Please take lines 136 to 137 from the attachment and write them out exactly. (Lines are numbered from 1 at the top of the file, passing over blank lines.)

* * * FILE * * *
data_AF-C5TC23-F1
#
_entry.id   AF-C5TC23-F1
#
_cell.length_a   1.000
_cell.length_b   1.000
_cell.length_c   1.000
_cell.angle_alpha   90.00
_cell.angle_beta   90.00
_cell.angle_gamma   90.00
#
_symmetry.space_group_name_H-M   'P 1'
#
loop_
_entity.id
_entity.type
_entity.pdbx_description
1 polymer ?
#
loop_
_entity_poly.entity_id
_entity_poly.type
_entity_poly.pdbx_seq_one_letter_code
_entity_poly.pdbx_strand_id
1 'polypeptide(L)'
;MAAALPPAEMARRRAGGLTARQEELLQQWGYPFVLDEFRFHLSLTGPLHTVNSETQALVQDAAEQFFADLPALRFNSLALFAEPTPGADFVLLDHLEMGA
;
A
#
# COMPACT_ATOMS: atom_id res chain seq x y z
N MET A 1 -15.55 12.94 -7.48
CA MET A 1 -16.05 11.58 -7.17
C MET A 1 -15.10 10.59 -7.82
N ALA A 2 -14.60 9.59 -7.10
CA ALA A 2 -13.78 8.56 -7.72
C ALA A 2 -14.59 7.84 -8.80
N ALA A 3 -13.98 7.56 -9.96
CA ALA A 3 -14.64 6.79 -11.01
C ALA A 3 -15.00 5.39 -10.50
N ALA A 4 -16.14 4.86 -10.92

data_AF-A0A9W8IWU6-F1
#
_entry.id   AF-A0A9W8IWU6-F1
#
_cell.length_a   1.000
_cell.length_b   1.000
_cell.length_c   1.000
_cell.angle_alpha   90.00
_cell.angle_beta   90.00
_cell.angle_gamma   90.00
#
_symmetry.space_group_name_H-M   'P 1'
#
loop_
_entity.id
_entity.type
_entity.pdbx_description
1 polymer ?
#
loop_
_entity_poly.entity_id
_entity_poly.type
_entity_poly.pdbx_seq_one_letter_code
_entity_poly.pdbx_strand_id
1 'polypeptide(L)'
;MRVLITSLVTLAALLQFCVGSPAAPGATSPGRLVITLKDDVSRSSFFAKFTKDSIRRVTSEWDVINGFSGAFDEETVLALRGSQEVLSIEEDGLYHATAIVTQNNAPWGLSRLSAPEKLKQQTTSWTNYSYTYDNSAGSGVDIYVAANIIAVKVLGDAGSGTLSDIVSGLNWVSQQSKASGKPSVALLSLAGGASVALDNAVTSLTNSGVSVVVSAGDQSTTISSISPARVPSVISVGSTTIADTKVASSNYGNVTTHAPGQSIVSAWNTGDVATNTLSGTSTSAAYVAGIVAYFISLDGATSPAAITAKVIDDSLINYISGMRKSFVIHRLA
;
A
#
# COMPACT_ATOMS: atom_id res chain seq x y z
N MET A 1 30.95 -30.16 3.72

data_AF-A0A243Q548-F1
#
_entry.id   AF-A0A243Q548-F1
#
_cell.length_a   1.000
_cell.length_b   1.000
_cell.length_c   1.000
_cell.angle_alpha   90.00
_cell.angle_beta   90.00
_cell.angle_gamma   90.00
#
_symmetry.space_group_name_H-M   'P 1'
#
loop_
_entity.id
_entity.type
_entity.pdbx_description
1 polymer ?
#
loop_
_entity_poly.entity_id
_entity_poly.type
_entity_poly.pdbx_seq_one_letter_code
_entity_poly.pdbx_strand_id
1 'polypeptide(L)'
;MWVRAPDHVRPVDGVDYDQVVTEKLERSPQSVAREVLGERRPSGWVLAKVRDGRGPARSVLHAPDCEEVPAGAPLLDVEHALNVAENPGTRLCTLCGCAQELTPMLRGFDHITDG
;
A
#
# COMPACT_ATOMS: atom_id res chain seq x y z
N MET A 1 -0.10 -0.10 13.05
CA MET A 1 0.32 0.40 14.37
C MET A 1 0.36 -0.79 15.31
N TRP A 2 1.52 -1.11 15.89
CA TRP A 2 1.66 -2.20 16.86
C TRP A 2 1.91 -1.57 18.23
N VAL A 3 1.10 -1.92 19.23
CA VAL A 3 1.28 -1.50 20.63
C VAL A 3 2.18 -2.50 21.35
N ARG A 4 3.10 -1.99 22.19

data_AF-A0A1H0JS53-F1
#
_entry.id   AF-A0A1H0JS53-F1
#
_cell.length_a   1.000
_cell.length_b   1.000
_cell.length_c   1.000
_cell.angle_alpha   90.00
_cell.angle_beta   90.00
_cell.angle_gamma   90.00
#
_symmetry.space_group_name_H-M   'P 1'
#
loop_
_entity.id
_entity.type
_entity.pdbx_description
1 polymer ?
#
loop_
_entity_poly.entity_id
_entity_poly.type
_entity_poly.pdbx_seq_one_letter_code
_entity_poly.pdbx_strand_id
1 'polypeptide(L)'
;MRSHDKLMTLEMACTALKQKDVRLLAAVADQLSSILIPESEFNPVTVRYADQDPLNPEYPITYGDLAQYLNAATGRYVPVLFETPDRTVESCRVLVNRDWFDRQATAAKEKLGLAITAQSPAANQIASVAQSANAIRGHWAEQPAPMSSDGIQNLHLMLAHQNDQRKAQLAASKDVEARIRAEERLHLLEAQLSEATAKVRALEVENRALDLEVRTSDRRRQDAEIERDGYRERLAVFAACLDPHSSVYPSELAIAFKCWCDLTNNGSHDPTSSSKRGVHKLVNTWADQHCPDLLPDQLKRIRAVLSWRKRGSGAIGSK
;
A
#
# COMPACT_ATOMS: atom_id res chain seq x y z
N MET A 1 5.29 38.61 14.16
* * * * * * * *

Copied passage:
1 'polypeptide(L)'
;MRSHDKLMTLEMACTALKQKDVRLLAAVADQLSSILIPESEFNPVTVRYADQDPLNPEYPITYGDLAQYLNAATGRYVPVLFETPDRTVESCRVLVNRDWFDRQATAAKEKLGLAITAQSPAANQIASVAQSANAIRGHWAEQPAPMSSDGIQNLHLMLAHQNDQRKAQLAASKDVEARIRAEERLHLLEAQLSEATAKVRALEVENRALDLEVRTSDRRRQDAEIERDGYRERLAVFAACLDPHSSVYPSELAIAFKCWCDLTNNGSHDPTSSSKRGVHKLVNTWADQHCPDLLPDQLKRIRAVLSWRKRGSGAIGSK